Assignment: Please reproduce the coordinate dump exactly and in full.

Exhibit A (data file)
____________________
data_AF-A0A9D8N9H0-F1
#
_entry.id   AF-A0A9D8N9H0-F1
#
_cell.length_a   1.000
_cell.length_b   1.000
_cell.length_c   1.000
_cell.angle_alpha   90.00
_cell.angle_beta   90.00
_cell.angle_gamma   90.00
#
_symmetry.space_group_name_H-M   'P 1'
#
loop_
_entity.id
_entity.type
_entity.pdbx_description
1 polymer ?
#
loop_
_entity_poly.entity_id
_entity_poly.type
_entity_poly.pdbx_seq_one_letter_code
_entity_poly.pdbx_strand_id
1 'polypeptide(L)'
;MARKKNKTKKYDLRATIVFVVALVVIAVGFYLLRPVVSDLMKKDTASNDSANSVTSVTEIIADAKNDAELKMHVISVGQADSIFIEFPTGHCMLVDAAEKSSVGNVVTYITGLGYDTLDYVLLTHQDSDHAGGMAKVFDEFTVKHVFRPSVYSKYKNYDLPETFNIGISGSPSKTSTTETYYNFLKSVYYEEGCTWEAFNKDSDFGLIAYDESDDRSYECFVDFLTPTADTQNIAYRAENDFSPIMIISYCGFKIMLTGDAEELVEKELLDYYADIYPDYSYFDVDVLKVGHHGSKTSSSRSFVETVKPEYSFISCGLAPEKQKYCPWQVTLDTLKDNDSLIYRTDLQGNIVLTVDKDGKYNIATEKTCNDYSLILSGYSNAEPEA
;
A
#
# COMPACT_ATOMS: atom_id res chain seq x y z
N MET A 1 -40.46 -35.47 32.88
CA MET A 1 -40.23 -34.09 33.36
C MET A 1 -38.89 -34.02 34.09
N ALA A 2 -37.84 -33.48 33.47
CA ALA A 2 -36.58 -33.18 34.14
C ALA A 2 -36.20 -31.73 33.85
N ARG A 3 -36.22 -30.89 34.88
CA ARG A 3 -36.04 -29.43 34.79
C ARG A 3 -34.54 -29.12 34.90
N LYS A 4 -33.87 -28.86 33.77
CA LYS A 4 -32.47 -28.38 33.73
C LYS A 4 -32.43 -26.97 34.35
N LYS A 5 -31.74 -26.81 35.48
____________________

data_AF-A0A9D8N9H0-F1
#
_entry.id   AF-A0A9D8N9H0-F1
#
_cell.length_a   1.000
_cell.length_b   1.000
_cell.length_c   1.000
_cell.angle_alpha   90.00
_cell.angle_beta   90.00
_cell.angle_gamma   90.00
#
_symmetry.space_group_name_H-M   'P 1'
#
loop_
_entity.id
_entity.type
_entity.pdbx_description
1 polymer ?
#
loop_
_entity_poly.entity_id
_entity_poly.type
_entity_poly.pdbx_seq_one_letter_code
_entity_poly.pdbx_strand_id
1 'polypeptide(L)'
;MARKKNKTKKYDLRATIVFVVALVVIAVGFYLLRPVVSDLMKKDTASNDSANSVTSVTEIIADAKNDAELKMHVISVGQADSIFIEFPTGHCMLVDAAEKSSVGNVVTYITGLGYDTLDYVLLTHQDSDHAGGMAKVFDEFTVKHVFRPSVYSKYKNYDLPETFNIGISGSPSKTSTTETYYNFLKSVYYEEGCTWEAFNKDSDFGLIAYDESDDRSYECFVDFLTPTADTQNIAYRAENDFSPIMIISYCGFKIMLTGDAEELVEKELLDYYADIYPDYSYFDVDVLKVGHHGSKTSSSRSFVETVKPEYSFISCGLAPEKQKYCPWQVTLDTLKDNDSLIYRTDLQGNIVLTVDKDGKYNIATEKTCNDYSLILSGYSNAEPEA
;
A
#
# COMPACT_ATOMS: atom_id res chain seq x y z
N MET A 1 -40.46 -35.47 32.88
CA MET A 1 -40.23 -34.09 33.36
C MET A 1 -38.89 -34.02 34.09
N ALA A 2 -37.84 -33.48 33.47
CA ALA A 2 -36.58 -33.18 34.14
C ALA A 2 -36.20 -31.73 33.85
N ARG A 3 -36.22 -30.89 34.88
CA ARG A 3 -36.04 -29.43 34.79
C ARG A 3 -34.54 -29.12 34.90
N LYS A 4 -33.87 -28.86 33.77
CA LYS A 4 -32.47 -28.38 33.73
C LYS A 4 -32.43 -26.97 34.35
N LYS A 5 -31.74 -26.81 35.48